Start your day in the hotel's neighborhood, and take the time to have a leisurely walk down to the United Nations, the Red Cross Museum and the Ariana Museum. Back to the Place of Nations, take a picture with the Broken Chair and UN flags as a back drop and jump unto bus number 5. Get off at Coutance (Bistrot de Charlotte) or Bel Air (Neptüne) for lunch.
The perfect afternoon will start in front of the "Passage Malbuisson". In the Gallery take a glance at a typical clock. You will also find the Victorinox shop there, known for the famous Swiss knife. Wander around in the old town between all the shops and antiquarians and visit the St Peter's Cathedral where you can enjoy a panoramic view of Geneva from the church tower. From Place du Bourg de Four, use Verdaine street to stroll down to the Jardin Anglais and its Flower Clock.
Head to the top of the Mont Salève, and enjoy the magnificient sunset from up high. Join us back at the hotel for an evening cocktail at one of our elegant bars, and come see us at the Concierge for a recommendation based on your craving. Or you can simply dine at one of the following local favorites: l'Auberge du Lion d'Or in Cologny, the Café du Centre or l'Auberge de Savièse, where you can indulge in local cheese dishes.
International Red Cross Museum
The humanitarian adventure Emotion, discovery, reflection: the Museum offers you a unique opportunity to enter into the history of humanitarian action. Three separate areas, each developed by a well-known exhibition architect, allow you to explore three major challenges in today’s world: Defending human dignity, Restoring family links, Reducing natural risks. An interactive chronology unfurls 150 years of humanitarian history, while Current focus enables you to track Red Cross and Red Crescent operations right around the globe.
Archaeological Site of Saint-Pierre Cathedral
Explore the secrets of St Peter's Cathedral by visiting its towers. Whether in summer or winter, the most beautiful view of Geneva and the lake awaits you from the top of the Cathedral's towers. During the visit you'll be able to climb the 157 steps of the towers leading to the top of the Cathedral. You will also discover magnificent architectural treasures - an emblematic symbol of the Reformation. In addition, the Cathedral holds the largest collection of Romanesque and Gothic capitals in Switzerland, while the stained-glass windows, identical to the Renaissance examples found in the Musée d'Art et d'Histoire (Museum of Art and History) date back to restoration work carried out in the 19th century.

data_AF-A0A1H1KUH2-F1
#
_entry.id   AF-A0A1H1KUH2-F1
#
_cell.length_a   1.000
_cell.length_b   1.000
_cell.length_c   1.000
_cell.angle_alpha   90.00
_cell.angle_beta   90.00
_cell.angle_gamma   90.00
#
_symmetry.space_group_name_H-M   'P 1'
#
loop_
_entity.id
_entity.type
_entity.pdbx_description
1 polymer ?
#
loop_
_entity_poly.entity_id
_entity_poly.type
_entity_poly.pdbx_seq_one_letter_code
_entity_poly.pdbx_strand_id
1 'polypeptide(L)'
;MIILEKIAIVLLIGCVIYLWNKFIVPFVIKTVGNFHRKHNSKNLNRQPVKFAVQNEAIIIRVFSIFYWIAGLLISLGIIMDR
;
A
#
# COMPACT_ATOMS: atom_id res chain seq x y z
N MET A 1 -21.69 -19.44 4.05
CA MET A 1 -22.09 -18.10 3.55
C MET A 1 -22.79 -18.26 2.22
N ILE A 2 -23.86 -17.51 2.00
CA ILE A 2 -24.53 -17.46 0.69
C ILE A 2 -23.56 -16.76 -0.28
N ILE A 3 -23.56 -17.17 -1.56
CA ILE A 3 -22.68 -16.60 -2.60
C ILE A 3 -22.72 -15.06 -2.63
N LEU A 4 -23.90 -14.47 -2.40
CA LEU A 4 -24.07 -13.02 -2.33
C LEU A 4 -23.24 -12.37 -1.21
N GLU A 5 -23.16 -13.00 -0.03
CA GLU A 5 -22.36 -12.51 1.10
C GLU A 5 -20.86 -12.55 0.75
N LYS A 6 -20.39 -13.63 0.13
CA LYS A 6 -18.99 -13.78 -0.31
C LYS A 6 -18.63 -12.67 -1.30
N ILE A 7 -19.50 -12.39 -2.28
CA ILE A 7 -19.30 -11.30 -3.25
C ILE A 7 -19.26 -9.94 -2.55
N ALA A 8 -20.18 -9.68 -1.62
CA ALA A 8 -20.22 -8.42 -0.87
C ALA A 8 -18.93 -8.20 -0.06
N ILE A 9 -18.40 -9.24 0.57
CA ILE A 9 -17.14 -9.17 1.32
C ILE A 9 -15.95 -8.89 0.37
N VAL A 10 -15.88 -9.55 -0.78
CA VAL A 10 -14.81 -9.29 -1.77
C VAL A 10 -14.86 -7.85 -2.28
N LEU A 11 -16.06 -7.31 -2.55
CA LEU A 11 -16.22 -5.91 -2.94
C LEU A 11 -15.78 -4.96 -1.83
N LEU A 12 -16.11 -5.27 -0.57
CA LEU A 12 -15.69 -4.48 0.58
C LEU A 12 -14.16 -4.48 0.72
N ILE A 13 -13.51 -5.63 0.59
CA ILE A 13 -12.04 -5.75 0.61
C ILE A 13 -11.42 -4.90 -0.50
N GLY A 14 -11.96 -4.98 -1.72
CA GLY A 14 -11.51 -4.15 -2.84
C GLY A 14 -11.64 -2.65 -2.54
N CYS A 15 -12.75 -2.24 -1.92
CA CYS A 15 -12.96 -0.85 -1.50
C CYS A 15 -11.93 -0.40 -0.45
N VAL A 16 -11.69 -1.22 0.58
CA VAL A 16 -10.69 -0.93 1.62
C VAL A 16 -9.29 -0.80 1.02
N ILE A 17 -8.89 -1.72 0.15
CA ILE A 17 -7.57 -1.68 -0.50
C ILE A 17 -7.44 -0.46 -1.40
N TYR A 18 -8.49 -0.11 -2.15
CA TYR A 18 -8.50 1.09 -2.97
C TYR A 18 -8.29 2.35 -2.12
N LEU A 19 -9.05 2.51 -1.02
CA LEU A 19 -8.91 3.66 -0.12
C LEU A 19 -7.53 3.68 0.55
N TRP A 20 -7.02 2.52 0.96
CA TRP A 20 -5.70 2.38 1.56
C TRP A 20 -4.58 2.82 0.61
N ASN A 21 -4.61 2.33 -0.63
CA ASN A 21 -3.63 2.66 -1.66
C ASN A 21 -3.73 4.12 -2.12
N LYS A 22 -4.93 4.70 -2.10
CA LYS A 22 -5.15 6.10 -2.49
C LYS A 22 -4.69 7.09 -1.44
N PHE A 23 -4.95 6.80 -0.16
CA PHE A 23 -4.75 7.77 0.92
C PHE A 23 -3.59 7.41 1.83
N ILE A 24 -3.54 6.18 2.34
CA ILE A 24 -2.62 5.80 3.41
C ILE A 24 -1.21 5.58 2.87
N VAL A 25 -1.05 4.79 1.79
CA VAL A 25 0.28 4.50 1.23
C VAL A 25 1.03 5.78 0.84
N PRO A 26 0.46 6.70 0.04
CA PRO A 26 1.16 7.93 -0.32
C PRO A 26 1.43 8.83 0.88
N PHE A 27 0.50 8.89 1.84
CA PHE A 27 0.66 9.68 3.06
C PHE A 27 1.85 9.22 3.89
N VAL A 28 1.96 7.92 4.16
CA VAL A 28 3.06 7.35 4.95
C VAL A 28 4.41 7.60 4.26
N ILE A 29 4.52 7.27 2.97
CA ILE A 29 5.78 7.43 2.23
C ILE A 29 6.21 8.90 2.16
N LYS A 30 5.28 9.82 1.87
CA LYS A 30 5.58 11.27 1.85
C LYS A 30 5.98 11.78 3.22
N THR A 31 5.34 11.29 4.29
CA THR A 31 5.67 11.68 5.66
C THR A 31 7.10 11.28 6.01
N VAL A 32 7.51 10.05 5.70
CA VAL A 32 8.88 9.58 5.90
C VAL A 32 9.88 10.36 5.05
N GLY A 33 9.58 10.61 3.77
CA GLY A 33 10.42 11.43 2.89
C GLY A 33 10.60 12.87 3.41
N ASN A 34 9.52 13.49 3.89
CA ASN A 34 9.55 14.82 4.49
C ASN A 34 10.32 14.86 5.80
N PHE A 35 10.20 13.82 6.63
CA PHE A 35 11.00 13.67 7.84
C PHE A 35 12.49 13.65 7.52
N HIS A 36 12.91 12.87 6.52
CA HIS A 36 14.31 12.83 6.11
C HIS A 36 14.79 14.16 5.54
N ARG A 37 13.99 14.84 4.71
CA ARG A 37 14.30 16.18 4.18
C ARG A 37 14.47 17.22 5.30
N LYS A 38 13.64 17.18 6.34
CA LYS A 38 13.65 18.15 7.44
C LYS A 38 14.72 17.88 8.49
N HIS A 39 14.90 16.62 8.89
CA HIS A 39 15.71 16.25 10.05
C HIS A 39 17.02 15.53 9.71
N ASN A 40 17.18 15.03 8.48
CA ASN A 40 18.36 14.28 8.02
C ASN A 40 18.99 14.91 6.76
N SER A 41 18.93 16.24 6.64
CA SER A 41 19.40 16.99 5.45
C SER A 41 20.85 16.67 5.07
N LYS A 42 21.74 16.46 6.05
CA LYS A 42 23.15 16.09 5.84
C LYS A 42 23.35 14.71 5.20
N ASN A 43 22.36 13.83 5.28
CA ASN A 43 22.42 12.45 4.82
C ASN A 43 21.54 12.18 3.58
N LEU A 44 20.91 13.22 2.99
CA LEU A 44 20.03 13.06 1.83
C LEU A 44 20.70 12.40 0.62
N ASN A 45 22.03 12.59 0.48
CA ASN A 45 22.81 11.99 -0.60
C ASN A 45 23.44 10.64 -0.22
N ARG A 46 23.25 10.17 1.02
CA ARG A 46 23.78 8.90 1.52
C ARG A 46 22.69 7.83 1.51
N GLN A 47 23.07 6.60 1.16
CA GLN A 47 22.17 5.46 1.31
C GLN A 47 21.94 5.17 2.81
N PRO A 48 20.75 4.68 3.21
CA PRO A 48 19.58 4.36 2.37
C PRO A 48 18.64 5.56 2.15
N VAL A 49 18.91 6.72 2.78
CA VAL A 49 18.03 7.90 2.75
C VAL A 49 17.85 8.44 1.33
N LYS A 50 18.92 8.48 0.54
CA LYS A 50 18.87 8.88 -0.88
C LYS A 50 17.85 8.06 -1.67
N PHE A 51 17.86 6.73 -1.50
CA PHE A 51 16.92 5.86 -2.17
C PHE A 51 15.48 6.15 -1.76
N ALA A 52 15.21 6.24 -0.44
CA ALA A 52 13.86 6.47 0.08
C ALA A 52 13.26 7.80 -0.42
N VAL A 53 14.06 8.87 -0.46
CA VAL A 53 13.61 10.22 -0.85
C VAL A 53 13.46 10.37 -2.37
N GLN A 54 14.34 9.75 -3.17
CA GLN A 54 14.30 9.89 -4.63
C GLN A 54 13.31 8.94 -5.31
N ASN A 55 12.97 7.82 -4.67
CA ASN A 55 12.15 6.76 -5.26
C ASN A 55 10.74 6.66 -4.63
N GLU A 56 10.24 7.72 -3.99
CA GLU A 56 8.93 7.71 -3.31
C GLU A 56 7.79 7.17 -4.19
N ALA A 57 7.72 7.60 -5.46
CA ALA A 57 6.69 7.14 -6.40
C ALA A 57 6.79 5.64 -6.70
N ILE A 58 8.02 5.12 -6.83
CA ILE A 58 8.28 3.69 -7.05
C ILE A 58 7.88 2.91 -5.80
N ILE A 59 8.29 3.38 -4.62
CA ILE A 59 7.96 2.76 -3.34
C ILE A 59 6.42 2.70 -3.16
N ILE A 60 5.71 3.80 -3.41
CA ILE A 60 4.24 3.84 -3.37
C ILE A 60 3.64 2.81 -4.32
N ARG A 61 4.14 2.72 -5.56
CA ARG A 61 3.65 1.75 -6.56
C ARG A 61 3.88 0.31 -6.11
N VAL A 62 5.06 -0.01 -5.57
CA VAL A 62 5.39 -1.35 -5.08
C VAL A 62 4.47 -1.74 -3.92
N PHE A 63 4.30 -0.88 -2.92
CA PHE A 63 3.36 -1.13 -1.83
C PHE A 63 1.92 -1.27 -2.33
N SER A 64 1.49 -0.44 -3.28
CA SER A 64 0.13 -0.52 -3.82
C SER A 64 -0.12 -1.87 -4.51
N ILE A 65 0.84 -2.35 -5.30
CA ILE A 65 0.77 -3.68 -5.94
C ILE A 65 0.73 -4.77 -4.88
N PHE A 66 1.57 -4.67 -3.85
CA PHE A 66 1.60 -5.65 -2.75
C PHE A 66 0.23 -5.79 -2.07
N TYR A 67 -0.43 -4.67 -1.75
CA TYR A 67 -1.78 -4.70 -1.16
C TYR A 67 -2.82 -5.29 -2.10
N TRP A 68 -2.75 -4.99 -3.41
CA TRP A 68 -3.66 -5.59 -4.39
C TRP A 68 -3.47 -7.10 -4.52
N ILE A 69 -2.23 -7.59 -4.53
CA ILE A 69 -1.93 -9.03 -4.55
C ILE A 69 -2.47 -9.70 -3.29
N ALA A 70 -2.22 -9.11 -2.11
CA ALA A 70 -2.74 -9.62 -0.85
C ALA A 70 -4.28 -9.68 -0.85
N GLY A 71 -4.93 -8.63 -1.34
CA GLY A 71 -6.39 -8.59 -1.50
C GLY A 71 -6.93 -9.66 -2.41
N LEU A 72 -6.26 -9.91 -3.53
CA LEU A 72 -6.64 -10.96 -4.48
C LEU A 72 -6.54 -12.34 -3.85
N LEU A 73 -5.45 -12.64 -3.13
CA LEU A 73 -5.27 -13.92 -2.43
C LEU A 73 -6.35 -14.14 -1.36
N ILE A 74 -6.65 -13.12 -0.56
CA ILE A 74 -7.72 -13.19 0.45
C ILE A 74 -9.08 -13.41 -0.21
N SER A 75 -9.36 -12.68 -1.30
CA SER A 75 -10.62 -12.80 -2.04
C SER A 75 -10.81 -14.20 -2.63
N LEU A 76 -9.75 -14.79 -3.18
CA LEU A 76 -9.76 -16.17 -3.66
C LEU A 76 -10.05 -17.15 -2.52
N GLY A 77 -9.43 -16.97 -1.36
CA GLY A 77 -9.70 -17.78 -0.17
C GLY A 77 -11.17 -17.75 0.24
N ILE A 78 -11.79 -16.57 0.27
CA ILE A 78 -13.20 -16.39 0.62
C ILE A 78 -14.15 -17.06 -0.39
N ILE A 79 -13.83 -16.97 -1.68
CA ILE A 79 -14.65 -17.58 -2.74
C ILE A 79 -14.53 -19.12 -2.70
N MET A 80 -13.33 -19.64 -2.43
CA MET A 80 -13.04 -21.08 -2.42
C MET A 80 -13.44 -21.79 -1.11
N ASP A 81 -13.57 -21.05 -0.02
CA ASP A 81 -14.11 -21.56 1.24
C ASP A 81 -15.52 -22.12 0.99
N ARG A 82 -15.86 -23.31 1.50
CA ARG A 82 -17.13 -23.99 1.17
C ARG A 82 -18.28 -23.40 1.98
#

The Water Fountain
The lakeshore’s star attraction is the elegant water fountain, dazzling visitors as it shoots 140 metres into the sky. Originally a simple security valve at the Coulouvrenière hydraulic factory, the Jet d'Eau has become the landmark of Geneva. Its millions of air bubbles will immediately put you under its spell. The fountain came into being by chance. In 1886, a hydraulic power station was built to deliver water under pressure from the Rhône to the city’s fountains, households and factories. One evening, pressure build-ups forced the engineers to install a special pressure relief valve. This marked the birth of the Jet d’Eau. The ephemeral work of art soon became a tourist attraction and was moved closer to the lakeside. With time, water column grew taller. Since 1951, an autonomous pumping station has propelled 500 litres of water per second to a height of 140 metres at a speed of 200 km/h (124 mph).
A Globe of Science and Innovation (CERN)
The Globe of Science and Innovation is a landmark for CERN and a symbol of sustainable development for all. It is 27 metres high and 40 metres in diameter, which is about the size of the St. Peter's Basilica's dome in Rome! A unique visual landmark by day and by night, the Globe of Science and Innovation is a metaphor for Planet Earth. On the ground floor , the ‘Universe of Particles’ exhibition takes the visitor on a journey deep into the world of particles and back to the Big Bang.
A Symbol for Peace - The Broken Chair
‘Broken Chair’ is the work of sculptor Daniel Berset. It was made in 1997 for the NGO Handicap International. Its message is simple: remember the victims of landmines, urge your government to promote a ban on landmines. To illustrate this combat, the Broken Chair stands on three legs, the fourth being splintered half way up. The Chair stands proudly to a height of 12 metres and has an air of dignity. Nearby: the European headquarters of the United Nations, guided tours.